Chaplains travel the world to ensure spiritual readiness
August 7, 2012
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- U.S. Army Chaplaincy
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THEBEPHATSHWA AIR BASE, Botswana -- U.S. forces traveling to the Republic of Botswana Aug. 1-17 for Southern Accord 2012, are under the spiritual care of Army Chaplain Capt. M. Paul Weberg from Aurora, Ill., and chaplain's assistants Sgt. Vincent N. Guzman Sr., and Spc. David Huerta, all from the 405th Brigade Support Battalion out of Chicago.
Botswana Defense Force chaplain Lt. Obert Magagwa, from Botswana Defense Force headquarters out of Gaborone, Botswana, joins with the U.S. unit ministry team to aid and counsel defense force members, so that all parties involved receive the benefits associated with having this specific kind of support.
The U.S. military travels all over the world, and service members can undoubtedly encounter many different kinds of stressors, from missing loved ones to battle fatigue, there are many situations soldiers face that may call for a special kind of attention.
"Soldiers need to know that even though we run chapel on the weekend, we're not just here to run chapel on the weekend," said Weberg.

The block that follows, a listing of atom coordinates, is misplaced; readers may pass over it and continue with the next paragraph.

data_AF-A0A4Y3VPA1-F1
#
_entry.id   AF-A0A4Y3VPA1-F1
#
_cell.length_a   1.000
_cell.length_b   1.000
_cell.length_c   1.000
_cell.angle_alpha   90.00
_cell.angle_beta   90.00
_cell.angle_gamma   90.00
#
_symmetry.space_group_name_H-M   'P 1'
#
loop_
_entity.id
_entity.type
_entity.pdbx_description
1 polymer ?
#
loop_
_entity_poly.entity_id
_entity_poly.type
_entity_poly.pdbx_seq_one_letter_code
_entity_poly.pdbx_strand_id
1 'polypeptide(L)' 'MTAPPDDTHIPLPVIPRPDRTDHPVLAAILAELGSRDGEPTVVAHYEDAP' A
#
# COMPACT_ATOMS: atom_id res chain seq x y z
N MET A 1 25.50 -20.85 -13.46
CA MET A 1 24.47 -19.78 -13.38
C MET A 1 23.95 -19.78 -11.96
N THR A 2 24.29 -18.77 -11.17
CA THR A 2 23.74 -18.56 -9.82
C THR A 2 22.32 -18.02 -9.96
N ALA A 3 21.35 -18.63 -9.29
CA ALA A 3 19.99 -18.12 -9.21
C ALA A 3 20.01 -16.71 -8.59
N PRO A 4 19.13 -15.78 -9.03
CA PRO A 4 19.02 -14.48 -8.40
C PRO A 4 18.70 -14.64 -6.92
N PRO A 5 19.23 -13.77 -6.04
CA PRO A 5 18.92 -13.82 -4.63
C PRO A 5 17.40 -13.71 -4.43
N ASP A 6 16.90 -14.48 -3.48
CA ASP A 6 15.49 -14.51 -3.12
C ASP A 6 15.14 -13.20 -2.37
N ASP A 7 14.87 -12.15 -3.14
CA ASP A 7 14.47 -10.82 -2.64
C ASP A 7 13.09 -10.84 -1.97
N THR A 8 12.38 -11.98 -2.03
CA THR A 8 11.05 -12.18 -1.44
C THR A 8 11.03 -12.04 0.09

Weberg is a Catholic priest and Benedictine monk at Marmion Abbey in Aurora, Ill. He also teaches high school students at the Marmion Academy.
"The three main functions of the UMT are to nurture the living, care for the wounded and honor the dead…we want to be able to take complete care of the soldier," said Guzman.
During SA1,2 the chaplains make their rounds, dividing their time between meetings in the office and going to on site training operations to meet with service members there.
"There is an element, which I treasure within the chaplaincy in which we participate in the ministry of presence," said Magagwa, "and just that can boost the moral of those people who are present."
The UMT mission is to provide both U.S. and the Botswana Defense Force religious and spiritual support for those who need it. Anything that deals with moral, spiritual life and protecting the service member's right to exercise or not to exercise their religion is what chaplains are there to safeguard, said Weberg.
"One soldier jokingly mentioned, while we were getting on the plane to come here, 'This mission is going to be great, God is coming with us,' and that is very humbling because you know where you stand, and it's a great honor but also a great responsibility," said Weberg.
As long as there are service members or a need for spiritual nourishment, there will always be men like those in the UMT who will answer the call to try and bring their unique brand of comfort whenever possible.